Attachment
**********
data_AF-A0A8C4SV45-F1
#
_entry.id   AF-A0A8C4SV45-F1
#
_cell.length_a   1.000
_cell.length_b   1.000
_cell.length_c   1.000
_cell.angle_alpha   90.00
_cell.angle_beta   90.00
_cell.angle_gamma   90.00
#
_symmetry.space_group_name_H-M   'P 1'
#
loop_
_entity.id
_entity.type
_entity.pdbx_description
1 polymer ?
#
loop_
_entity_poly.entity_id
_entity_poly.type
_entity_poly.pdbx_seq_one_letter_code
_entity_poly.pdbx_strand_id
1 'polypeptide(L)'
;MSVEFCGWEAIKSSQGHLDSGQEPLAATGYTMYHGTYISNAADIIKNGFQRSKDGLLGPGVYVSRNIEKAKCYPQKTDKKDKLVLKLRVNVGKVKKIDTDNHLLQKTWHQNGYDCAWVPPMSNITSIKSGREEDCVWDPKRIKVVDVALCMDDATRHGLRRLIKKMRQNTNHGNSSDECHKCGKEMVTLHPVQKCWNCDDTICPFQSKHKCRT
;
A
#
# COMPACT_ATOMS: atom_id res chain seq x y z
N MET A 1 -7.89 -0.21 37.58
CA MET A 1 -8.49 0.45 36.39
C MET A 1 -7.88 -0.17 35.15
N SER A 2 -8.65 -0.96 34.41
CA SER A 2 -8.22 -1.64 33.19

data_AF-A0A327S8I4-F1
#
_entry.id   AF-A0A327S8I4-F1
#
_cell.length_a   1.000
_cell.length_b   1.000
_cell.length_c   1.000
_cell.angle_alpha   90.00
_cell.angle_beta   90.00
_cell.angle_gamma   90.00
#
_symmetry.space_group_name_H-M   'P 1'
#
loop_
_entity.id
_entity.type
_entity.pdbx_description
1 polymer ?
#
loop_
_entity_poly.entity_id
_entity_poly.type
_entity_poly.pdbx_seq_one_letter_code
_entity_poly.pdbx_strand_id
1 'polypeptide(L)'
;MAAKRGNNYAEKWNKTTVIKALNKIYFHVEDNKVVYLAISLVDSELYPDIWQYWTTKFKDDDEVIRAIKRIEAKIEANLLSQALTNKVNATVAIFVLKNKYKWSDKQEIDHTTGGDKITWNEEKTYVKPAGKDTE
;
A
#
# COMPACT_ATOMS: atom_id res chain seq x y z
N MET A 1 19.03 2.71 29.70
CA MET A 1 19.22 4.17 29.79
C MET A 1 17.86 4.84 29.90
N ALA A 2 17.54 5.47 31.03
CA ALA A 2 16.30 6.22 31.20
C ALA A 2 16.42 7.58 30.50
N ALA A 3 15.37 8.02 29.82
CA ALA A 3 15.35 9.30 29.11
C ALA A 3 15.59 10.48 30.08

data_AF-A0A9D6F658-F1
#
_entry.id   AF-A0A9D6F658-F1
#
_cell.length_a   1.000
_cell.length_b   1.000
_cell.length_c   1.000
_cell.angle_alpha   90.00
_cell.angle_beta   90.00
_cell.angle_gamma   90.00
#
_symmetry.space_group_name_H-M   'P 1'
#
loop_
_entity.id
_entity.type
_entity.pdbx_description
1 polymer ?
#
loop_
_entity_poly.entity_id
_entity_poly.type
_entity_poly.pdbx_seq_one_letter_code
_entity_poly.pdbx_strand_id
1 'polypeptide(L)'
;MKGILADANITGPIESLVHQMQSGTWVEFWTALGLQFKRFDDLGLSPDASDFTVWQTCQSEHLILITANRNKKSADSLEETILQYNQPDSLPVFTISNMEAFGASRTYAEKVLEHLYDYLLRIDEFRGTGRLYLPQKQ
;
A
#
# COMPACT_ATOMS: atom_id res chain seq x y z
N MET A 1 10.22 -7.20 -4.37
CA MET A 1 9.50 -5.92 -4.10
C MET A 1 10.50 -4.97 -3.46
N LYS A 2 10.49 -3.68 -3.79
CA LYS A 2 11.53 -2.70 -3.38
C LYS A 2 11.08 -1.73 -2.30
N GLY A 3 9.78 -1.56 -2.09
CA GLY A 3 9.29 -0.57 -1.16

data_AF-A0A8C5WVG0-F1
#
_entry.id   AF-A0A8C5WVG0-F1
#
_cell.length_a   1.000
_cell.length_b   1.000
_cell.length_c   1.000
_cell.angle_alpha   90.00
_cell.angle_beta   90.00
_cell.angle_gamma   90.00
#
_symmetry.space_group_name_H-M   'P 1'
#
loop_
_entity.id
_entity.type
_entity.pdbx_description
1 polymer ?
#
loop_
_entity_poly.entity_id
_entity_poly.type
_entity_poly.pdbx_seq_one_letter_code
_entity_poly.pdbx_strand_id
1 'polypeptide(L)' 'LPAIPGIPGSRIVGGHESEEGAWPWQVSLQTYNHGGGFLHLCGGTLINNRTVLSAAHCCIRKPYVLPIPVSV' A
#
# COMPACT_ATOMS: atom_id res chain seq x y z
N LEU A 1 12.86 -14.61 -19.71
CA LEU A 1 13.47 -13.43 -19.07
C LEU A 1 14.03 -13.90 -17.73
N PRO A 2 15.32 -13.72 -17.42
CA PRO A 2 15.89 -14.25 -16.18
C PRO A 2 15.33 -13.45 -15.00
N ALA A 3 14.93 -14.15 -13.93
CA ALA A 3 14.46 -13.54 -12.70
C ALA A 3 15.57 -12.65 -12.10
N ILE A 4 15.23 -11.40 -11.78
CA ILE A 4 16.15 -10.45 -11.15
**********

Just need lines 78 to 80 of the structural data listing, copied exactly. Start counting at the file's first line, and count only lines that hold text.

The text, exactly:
#
_cell.length_a   1.000
_cell.length_b   1.000